• Join over 1.2 million students every month
  • Accelerate your learning by 29%
  • Unlimited access from just £6.99 per month

Describe the selection, training, and role of lay magistrates.

Extracts from this document...


Describe the selection, training, and role of lay magistrates. Potential magistrates must go through what one would call 'checks' to see if they would be suitable to sit in the position of a magistrate, and fulfil their duties. It is vital that magistrates are appointed carefully since they will hold a great deal of responsibility not only for the courts but for the community as a whole, as they are expected to be respectable and trustworthy citizens. Therefore a selection process is needed in which the names of potential magistrates can be put forward by people who are interested for themselves or by anyone else who wants to nominate a person. For instance groups like; local political parties, trade unions, and chambers of commerce would hand in names of potential magistrates. The Lord Chancellor set out six key qualities which candidates are expected to have these were; good character, understanding and communication, social awareness, maturity and sound temperament, sound judgement, and commitment and reliability. ...read more.


Following the training there are specific roles and areas which a magistrate can get into to carry out their duties. They are mainly connected to criminal cases, although they deal with some civil matters (especially family cases). They try 97% of all criminal cases and deal with preliminary hearings in the remaining 3% of criminal cases. This would involve Early Administrative Hearings, remand hearings, bail applications, and committal proceedings. They also deal with civil matters which include the enforcing of debts owed to the utilities (gas, electric, and water), non-payment of the council tax and non payment of television licenses. In addition they have powers to grant licences for the sale of alcohol and for the betting and gaming establishments. Specially nominates and trained justices form the Youth Court Panel to hear criminal charges against young offenders aged 10 to 17 years old. These magistrates must be under 65 years old. There is also a special panel for the family court to hear family cases including orders for protection against violence, affiliation cases, adoption orders and proceedings under the Children Act 1989. ...read more.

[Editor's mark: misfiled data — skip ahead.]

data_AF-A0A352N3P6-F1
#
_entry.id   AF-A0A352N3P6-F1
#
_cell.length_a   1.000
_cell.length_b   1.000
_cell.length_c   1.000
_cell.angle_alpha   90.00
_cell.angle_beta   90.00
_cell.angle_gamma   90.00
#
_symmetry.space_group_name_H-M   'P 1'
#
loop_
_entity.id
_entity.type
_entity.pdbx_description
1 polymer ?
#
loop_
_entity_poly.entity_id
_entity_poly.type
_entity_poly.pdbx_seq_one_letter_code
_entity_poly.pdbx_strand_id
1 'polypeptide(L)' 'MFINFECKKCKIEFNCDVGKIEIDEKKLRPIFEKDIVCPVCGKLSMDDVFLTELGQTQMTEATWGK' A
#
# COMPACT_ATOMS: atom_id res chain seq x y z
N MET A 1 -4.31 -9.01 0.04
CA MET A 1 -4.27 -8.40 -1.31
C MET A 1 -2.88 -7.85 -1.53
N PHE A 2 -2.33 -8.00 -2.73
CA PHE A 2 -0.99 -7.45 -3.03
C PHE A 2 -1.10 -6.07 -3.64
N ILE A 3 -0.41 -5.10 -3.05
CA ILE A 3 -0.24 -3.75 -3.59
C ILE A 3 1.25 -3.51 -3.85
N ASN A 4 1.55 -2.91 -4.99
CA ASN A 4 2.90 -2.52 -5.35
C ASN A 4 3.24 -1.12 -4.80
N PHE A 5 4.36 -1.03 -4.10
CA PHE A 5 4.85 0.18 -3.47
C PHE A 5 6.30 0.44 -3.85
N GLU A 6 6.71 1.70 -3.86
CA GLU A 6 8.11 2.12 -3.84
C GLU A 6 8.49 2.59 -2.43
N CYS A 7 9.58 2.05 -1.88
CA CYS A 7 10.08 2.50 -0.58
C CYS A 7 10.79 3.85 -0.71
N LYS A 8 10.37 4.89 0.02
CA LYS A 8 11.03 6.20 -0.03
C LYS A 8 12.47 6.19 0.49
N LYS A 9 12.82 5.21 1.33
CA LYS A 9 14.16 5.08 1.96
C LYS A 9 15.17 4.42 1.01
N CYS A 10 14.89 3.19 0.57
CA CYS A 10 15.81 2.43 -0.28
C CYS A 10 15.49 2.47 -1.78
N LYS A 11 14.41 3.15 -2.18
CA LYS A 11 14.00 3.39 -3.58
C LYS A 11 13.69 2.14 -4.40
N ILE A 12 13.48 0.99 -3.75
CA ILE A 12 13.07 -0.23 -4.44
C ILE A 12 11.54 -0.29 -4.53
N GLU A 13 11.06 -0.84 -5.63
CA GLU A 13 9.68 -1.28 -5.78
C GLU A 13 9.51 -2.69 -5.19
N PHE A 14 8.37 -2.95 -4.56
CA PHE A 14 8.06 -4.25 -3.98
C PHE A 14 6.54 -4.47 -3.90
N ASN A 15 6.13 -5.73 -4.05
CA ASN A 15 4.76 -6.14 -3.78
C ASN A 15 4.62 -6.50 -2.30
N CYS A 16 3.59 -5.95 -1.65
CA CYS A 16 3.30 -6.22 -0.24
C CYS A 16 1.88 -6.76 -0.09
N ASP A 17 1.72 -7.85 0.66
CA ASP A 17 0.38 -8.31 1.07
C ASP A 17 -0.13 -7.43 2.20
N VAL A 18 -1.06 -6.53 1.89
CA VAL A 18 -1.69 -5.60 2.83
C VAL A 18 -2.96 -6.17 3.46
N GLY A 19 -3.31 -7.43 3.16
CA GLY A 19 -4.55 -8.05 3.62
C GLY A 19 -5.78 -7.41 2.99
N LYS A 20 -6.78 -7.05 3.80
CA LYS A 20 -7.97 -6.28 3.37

However, as most magistrates come from professional and managerial classes it is unlikely that they live, or have any real knowledge of the problems in poorer areas. Another aspect which would certainly be important to discuss is the fact that some say that lay magistrates tend to be prosecution-biased (believe the police too readily). In contrast to this view however the actual evidence shows that there are very few defendants who appeal against the magistrates' decision and many of the appeals are against sentence and not against the finding of guilty. This would lead one to the conclusion that despite the amateur status of lay magistrates, they do justice to the role given to them. Finally the use of unpaid lay magistrates is cheap; this is a huge advantage, because the cost of replacing them with paid magistrates has been estimated to cost �100 million a year. The cost of a trial in the Magistrates Court is also much cheaper than in the Crown Court. Overall the advantages and disadvantages are both important features to look at, once looked at in depth it can be concluded that the number of advantages and disadvantages are equally balanced. Misbah Hanif ...read more.